Staunton, May 30 – The situation that has emerged since Russia began its expanded war in Ukraine means that achieving Putin’s goal of national sovereignty in the national automotive industry is quite similar to Stalin’s plan for building socialism in one country, according to Vakhtang Partsvania, an economist at the Russian Academy of Economics and State Service.
“In essence,” he argues, this will mean “a force course toward the archaization of the automotive industry, a decline in production and technological potential, the loss of key competences and knowledge as well as any chance for integrating this sector into the global automotive industry” (ridl.io/ru/shosse-v-nikuda-ili-kuda-idet-rossijskoe-avtomobilestroenie/).
Prior to February 2022, Russia’s plans for its automobile industry “in some ways sought to keep pace with global trends;” but with the start of the full-scale war in Ukraine, many global automakers and suppliers of components and spare parts began to suspend business in Russia,” with many leaving the country entirely.
The only country from which Moscow could attract automobile companies to come in and use existing plants was China ; “and with the departure of global automakers from Russia, there has been an impressive growth in sales of Chinese cars,” up from two to seven percent a decade ago to 60 percent or more now, with similar trends in the truck market as well.
According to Partsvania, “the Russian authorities have been unable to resist this process of complete Sinification of the Russian automotive industry” given sanctions; but they have failed to see that this process “not only undermines the fundamental principles of Russia’s industrial policy and threatens the future of Russian auto makers.”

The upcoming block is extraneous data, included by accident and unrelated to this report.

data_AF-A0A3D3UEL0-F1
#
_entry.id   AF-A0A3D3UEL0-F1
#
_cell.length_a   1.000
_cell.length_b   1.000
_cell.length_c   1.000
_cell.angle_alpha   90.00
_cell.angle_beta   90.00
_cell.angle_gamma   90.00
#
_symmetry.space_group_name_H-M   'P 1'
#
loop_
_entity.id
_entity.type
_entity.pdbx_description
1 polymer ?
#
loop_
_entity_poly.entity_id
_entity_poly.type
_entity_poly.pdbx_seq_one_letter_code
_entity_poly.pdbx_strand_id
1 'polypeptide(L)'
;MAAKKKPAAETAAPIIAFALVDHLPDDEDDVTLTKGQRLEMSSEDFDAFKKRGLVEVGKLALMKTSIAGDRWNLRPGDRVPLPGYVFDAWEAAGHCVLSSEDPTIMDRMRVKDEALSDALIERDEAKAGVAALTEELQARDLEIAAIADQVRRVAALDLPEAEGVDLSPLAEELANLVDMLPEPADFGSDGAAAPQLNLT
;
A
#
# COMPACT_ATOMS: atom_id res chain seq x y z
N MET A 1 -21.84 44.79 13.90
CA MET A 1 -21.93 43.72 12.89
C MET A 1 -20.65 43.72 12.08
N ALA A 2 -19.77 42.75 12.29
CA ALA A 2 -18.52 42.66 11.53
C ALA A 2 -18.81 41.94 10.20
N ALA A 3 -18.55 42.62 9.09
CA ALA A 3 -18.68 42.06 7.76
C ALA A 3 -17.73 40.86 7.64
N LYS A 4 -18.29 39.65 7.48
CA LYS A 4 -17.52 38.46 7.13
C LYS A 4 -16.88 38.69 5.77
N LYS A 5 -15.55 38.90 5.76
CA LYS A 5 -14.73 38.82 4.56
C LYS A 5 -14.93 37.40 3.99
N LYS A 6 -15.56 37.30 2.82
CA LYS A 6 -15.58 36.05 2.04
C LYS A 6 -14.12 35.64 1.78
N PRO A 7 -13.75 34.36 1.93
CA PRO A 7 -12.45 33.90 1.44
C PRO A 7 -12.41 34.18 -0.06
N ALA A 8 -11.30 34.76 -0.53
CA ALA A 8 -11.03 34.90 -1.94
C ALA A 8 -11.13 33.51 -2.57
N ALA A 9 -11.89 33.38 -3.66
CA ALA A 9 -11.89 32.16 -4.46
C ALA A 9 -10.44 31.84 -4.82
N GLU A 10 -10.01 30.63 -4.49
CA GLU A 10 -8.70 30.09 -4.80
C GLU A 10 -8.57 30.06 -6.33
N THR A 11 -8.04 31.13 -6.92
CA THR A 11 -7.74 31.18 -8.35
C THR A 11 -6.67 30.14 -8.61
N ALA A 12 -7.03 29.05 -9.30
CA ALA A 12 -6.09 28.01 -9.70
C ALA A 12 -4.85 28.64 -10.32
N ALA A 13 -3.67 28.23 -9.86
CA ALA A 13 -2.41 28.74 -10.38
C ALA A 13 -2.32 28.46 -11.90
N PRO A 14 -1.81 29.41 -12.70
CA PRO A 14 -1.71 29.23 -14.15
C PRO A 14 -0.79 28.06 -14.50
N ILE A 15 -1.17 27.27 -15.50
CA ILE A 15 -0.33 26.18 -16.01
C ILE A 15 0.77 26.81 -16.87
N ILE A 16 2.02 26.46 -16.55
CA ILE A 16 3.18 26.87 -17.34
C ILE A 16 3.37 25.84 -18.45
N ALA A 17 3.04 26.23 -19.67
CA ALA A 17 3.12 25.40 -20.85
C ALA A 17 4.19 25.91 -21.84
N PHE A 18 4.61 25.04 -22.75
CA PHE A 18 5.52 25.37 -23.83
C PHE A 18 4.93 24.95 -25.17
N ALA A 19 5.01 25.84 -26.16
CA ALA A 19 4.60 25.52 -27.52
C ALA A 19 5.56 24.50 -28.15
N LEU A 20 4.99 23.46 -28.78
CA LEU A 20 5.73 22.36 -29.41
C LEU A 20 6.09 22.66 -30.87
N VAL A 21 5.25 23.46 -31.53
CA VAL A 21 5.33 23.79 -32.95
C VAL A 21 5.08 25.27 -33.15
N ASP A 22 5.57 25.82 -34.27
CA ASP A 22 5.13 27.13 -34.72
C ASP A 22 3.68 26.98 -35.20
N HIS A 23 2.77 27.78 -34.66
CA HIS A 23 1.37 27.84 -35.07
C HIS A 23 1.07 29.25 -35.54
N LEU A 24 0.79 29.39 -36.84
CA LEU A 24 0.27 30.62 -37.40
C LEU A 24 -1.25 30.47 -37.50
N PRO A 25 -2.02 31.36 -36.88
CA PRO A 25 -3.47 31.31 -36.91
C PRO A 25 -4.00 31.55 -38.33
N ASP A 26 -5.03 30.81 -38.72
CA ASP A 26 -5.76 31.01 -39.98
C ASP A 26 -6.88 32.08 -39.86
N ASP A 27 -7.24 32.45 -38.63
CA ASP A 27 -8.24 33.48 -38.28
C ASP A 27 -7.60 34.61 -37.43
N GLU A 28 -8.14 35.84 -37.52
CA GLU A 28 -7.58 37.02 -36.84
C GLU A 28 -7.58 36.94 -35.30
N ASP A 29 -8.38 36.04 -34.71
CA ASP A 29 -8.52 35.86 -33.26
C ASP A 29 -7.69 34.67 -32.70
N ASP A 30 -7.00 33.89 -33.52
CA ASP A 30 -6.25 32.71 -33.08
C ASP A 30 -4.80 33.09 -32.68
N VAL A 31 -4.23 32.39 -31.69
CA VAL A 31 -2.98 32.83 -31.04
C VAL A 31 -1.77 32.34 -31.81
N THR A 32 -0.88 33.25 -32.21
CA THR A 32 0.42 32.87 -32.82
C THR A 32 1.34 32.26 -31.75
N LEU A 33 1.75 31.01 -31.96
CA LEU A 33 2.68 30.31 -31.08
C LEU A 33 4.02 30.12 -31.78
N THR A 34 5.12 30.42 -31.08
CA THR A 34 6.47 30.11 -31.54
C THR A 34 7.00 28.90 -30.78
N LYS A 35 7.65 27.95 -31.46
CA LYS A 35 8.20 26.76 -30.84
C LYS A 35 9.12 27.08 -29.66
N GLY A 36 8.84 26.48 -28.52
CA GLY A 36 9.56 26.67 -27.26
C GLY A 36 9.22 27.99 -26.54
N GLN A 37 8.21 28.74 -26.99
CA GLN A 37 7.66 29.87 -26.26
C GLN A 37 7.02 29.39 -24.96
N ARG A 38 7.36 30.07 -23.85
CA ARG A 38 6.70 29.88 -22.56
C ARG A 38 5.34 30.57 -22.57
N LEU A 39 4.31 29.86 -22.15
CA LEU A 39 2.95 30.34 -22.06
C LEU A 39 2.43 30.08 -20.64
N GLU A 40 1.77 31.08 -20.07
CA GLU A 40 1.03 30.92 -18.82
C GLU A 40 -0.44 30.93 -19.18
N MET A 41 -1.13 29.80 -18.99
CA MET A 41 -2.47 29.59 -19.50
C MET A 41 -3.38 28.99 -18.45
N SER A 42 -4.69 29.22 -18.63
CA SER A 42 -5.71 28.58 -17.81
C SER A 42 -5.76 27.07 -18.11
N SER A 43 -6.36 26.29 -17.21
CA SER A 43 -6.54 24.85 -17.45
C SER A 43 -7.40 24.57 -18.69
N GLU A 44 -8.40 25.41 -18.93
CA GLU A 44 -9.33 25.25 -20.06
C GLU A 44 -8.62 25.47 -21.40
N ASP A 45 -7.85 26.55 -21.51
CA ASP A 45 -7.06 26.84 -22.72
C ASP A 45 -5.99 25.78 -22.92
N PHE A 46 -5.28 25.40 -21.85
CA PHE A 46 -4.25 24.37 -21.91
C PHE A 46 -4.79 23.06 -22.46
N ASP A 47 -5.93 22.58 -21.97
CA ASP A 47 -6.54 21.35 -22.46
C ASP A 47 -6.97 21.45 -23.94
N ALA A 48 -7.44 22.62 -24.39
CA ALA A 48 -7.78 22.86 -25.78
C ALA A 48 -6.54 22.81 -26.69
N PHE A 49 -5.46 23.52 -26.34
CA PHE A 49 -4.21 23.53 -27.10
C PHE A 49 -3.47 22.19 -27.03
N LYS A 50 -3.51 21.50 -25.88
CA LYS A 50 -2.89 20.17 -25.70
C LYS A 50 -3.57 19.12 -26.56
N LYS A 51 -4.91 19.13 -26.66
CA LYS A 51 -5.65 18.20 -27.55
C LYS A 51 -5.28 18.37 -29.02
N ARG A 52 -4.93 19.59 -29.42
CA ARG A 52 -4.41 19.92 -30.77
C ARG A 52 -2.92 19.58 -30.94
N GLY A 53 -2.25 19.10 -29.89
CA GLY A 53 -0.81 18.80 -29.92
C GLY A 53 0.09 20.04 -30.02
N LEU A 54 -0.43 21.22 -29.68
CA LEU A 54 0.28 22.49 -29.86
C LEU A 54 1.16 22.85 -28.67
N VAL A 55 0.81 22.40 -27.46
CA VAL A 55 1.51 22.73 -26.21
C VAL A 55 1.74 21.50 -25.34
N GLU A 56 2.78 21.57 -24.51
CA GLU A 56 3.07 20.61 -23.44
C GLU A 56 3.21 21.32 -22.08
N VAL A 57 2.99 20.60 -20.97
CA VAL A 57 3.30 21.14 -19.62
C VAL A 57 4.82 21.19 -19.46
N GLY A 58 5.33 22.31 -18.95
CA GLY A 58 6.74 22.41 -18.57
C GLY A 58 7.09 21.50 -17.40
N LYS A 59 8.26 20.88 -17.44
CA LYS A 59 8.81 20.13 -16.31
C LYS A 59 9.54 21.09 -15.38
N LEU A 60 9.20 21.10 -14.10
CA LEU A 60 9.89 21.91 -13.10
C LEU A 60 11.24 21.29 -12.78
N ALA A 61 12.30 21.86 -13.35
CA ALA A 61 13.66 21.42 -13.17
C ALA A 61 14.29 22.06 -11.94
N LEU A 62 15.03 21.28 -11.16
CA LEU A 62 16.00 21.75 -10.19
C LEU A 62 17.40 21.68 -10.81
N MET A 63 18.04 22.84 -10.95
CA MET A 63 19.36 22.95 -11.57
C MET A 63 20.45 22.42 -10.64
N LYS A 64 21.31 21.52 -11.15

“Any interventions aimed at protecting the domestic market and ‘domestic producers’ will primarily be directed against Chinese firms,” a risky move not only in terms of the operation of the sector but for political reasons as well, the economist continues.
“Until February 2022, the Russian automotive industry was a competitive industry with all the prospects for full integration into the global automotive industry. Today, there is no one to negotiate with except ‘the Chines,’, and to achieve similar effects with Chinese automakers, the government will need years of meticulous work, the success of which is not at all obvious even if we proceed from peacetime conditions and the absence of sanctions.”